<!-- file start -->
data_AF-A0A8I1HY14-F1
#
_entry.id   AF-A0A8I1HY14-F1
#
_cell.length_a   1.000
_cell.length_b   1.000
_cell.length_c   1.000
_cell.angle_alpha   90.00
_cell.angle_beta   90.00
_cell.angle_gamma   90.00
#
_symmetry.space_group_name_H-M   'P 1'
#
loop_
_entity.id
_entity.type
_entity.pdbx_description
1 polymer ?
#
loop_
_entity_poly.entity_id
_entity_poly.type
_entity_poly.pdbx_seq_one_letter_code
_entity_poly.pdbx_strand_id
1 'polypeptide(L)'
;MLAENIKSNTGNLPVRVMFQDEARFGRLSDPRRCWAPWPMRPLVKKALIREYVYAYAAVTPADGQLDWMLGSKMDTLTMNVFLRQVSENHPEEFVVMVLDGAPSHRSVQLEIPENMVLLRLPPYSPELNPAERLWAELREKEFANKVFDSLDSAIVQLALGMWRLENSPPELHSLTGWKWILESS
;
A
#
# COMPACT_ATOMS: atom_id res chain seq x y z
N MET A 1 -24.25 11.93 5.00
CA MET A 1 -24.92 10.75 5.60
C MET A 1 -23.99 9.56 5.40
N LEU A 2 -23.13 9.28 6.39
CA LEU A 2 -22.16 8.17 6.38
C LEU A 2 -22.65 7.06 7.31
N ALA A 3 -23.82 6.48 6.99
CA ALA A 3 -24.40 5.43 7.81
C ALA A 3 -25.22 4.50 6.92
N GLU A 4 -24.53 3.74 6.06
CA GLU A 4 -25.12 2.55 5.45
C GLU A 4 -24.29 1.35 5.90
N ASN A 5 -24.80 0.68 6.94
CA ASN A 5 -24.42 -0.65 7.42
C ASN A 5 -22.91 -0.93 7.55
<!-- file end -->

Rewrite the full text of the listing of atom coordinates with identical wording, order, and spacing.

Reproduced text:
data_AF-A0A8I1HY14-F1
#
_entry.id   AF-A0A8I1HY14-F1
#
_cell.length_a   1.000
_cell.length_b   1.000
_cell.length_c   1.000
_cell.angle_alpha   90.00
_cell.angle_beta   90.00
_cell.angle_gamma   90.00
#
_symmetry.space_group_name_H-M   'P 1'
#
loop_
_entity.id
_entity.type
_entity.pdbx_description
1 polymer ?
#
loop_
_entity_poly.entity_id
_entity_poly.type
_entity_poly.pdbx_seq_one_letter_code
_entity_poly.pdbx_strand_id
1 'polypeptide(L)'
;MLAENIKSNTGNLPVRVMFQDEARFGRLSDPRRCWAPWPMRPLVKKALIREYVYAYAAVTPADGQLDWMLGSKMDTLTMNVFLRQVSENHPEEFVVMVLDGAPSHRSVQLEIPENMVLLRLPPYSPELNPAERLWAELREKEFANKVFDSLDSAIVQLALGMWRLENSPPELHSLTGWKWILESS
;
A
#
# COMPACT_ATOMS: atom_id res chain seq x y z
N MET A 1 -24.25 11.93 5.00
CA MET A 1 -24.92 10.75 5.60
C MET A 1 -23.99 9.56 5.40
N LEU A 2 -23.13 9.28 6.39
CA LEU A 2 -22.16 8.17 6.38
C LEU A 2 -22.65 7.06 7.31
N ALA A 3 -23.82 6.48 6.99
CA ALA A 3 -24.40 5.43 7.81
C ALA A 3 -25.22 4.50 6.92
N GLU A 4 -24.53 3.74 6.06
CA GLU A 4 -25.12 2.55 5.45
C GLU A 4 -24.29 1.35 5.90
N ASN A 5 -24.80 0.68 6.94
CA ASN A 5 -24.42 -0.65 7.42
C ASN A 5 -22.91 -0.93 7.55